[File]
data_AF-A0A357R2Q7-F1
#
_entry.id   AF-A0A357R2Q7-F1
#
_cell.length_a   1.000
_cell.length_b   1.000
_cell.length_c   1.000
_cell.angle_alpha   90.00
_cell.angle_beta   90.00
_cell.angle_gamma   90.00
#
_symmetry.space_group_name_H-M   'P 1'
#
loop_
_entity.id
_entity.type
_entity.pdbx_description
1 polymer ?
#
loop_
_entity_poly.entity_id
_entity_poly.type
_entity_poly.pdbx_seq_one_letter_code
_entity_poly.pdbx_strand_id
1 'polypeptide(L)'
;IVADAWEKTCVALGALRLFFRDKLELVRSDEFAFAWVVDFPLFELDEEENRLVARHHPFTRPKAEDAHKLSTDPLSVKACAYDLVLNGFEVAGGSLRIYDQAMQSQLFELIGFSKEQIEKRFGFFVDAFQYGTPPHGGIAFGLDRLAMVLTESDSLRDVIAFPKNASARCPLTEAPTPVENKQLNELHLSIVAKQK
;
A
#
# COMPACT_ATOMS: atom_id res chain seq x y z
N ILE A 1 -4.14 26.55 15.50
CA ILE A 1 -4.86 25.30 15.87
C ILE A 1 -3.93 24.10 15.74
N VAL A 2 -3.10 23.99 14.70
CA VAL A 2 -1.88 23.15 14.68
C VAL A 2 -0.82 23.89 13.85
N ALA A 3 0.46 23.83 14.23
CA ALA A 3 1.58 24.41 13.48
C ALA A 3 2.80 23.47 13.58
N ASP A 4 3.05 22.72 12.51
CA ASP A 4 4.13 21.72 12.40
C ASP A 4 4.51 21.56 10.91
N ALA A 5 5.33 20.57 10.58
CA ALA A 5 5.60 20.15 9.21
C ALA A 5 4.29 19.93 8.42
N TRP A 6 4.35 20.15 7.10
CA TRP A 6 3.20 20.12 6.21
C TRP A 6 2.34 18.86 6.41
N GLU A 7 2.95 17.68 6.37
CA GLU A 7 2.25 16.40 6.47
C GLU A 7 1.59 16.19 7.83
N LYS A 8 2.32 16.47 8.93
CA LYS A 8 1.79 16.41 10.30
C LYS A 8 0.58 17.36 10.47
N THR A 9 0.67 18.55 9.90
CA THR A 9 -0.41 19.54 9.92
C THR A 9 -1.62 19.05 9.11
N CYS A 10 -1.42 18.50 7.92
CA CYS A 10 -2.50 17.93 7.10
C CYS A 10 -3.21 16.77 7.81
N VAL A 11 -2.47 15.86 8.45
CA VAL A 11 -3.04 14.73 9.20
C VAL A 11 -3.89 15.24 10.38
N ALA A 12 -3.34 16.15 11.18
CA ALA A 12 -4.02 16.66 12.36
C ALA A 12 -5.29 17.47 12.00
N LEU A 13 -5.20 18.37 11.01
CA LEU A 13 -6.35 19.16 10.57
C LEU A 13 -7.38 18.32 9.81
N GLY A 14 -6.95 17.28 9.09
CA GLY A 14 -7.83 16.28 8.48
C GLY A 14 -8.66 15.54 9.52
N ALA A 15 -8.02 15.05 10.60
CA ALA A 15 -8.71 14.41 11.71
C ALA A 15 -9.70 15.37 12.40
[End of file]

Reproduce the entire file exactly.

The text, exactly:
data_AF-A0A357R2Q7-F1
#
_entry.id   AF-A0A357R2Q7-F1
#
_cell.length_a   1.000
_cell.length_b   1.000
_cell.length_c   1.000
_cell.angle_alpha   90.00
_cell.angle_beta   90.00
_cell.angle_gamma   90.00
#
_symmetry.space_group_name_H-M   'P 1'
#
loop_
_entity.id
_entity.type
_entity.pdbx_description
1 polymer ?
#
loop_
_entity_poly.entity_id
_entity_poly.type
_entity_poly.pdbx_seq_one_letter_code
_entity_poly.pdbx_strand_id
1 'polypeptide(L)'
;IVADAWEKTCVALGALRLFFRDKLELVRSDEFAFAWVVDFPLFELDEEENRLVARHHPFTRPKAEDAHKLSTDPLSVKACAYDLVLNGFEVAGGSLRIYDQAMQSQLFELIGFSKEQIEKRFGFFVDAFQYGTPPHGGIAFGLDRLAMVLTESDSLRDVIAFPKNASARCPLTEAPTPVENKQLNELHLSIVAKQK
;
A
#
# COMPACT_ATOMS: atom_id res chain seq x y z
N ILE A 1 -4.14 26.55 15.50
CA ILE A 1 -4.86 25.30 15.87
C ILE A 1 -3.93 24.10 15.74
N VAL A 2 -3.10 23.99 14.70
CA VAL A 2 -1.88 23.15 14.68
C VAL A 2 -0.82 23.89 13.85
N ALA A 3 0.46 23.83 14.23
CA ALA A 3 1.58 24.41 13.48
C ALA A 3 2.80 23.47 13.58
N ASP A 4 3.05 22.72 12.51
CA ASP A 4 4.13 21.72 12.40
C ASP A 4 4.51 21.56 10.91
N ALA A 5 5.33 20.57 10.58
CA ALA A 5 5.60 20.15 9.21
C ALA A 5 4.29 19.93 8.42
N TRP A 6 4.35 20.15 7.10
CA TRP A 6 3.20 20.12 6.21
C TRP A 6 2.34 18.86 6.41
N GLU A 7 2.95 17.68 6.37
CA GLU A 7 2.25 16.40 6.47
C GLU A 7 1.59 16.19 7.83
N LYS A 8 2.32 16.47 8.93
CA LYS A 8 1.79 16.41 10.30
C LYS A 8 0.58 17.36 10.47
N THR A 9 0.67 18.55 9.90
CA THR A 9 -0.41 19.54 9.92
C THR A 9 -1.62 19.05 9.11
N CYS A 10 -1.42 18.50 7.92
CA CYS A 10 -2.50 17.93 7.10
C CYS A 10 -3.21 16.77 7.81
N VAL A 11 -2.47 15.86 8.45
CA VAL A 11 -3.04 14.73 9.20
C VAL A 11 -3.89 15.24 10.38
N ALA A 12 -3.34 16.15 11.18
CA ALA A 12 -4.02 16.66 12.36
C ALA A 12 -5.29 17.47 12.00
N LEU A 13 -5.20 18.37 11.01
CA LEU A 13 -6.35 19.16 10.57
C LEU A 13 -7.38 18.32 9.81
N GLY A 14 -6.95 17.28 9.09
CA GLY A 14 -7.83 16.28 8.48
C GLY A 14 -8.66 15.54 9.52
N ALA A 15 -8.02 15.05 10.60
CA ALA A 15 -8.71 14.41 11.71
C ALA A 15 -9.70 15.37 12.40